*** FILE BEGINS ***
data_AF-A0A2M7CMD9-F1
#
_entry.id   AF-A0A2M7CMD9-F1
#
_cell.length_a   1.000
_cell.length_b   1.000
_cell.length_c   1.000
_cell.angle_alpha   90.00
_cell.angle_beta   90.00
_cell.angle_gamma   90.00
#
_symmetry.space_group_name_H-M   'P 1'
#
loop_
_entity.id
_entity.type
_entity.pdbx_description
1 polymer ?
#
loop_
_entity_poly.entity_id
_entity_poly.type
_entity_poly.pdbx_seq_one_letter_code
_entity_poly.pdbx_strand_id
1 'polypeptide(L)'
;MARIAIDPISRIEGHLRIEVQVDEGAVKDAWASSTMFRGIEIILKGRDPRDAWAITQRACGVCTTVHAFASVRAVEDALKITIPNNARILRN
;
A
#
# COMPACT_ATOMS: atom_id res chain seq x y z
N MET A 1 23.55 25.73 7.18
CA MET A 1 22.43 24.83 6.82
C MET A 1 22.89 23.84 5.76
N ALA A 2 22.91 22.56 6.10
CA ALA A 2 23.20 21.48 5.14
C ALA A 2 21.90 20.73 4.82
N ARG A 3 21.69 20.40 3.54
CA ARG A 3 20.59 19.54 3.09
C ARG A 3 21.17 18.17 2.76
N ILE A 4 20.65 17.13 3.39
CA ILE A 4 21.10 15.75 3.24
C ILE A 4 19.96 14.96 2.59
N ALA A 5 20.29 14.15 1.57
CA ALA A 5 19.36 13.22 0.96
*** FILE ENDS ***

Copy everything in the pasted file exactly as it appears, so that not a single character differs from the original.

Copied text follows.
data_AF-A0A2M7CMD9-F1
#
_entry.id   AF-A0A2M7CMD9-F1
#
_cell.length_a   1.000
_cell.length_b   1.000
_cell.length_c   1.000
_cell.angle_alpha   90.00
_cell.angle_beta   90.00
_cell.angle_gamma   90.00
#
_symmetry.space_group_name_H-M   'P 1'
#
loop_
_entity.id
_entity.type
_entity.pdbx_description
1 polymer ?
#
loop_
_entity_poly.entity_id
_entity_poly.type
_entity_poly.pdbx_seq_one_letter_code
_entity_poly.pdbx_strand_id
1 'polypeptide(L)'
;MARIAIDPISRIEGHLRIEVQVDEGAVKDAWASSTMFRGIEIILKGRDPRDAWAITQRACGVCTTVHAFASVRAVEDALKITIPNNARILRN
;
A
#
# COMPACT_ATOMS: atom_id res chain seq x y z
N MET A 1 23.55 25.73 7.18
CA MET A 1 22.43 24.83 6.82
C MET A 1 22.89 23.84 5.76
N ALA A 2 22.91 22.56 6.10
CA ALA A 2 23.20 21.48 5.14
C ALA A 2 21.90 20.73 4.82
N ARG A 3 21.69 20.40 3.54
CA ARG A 3 20.59 19.54 3.09
C ARG A 3 21.17 18.17 2.76
N ILE A 4 20.65 17.13 3.39
CA ILE A 4 21.10 15.75 3.24
C ILE A 4 19.96 14.96 2.59
N ALA A 5 20.29 14.15 1.57
CA ALA A 5 19.36 13.22 0.96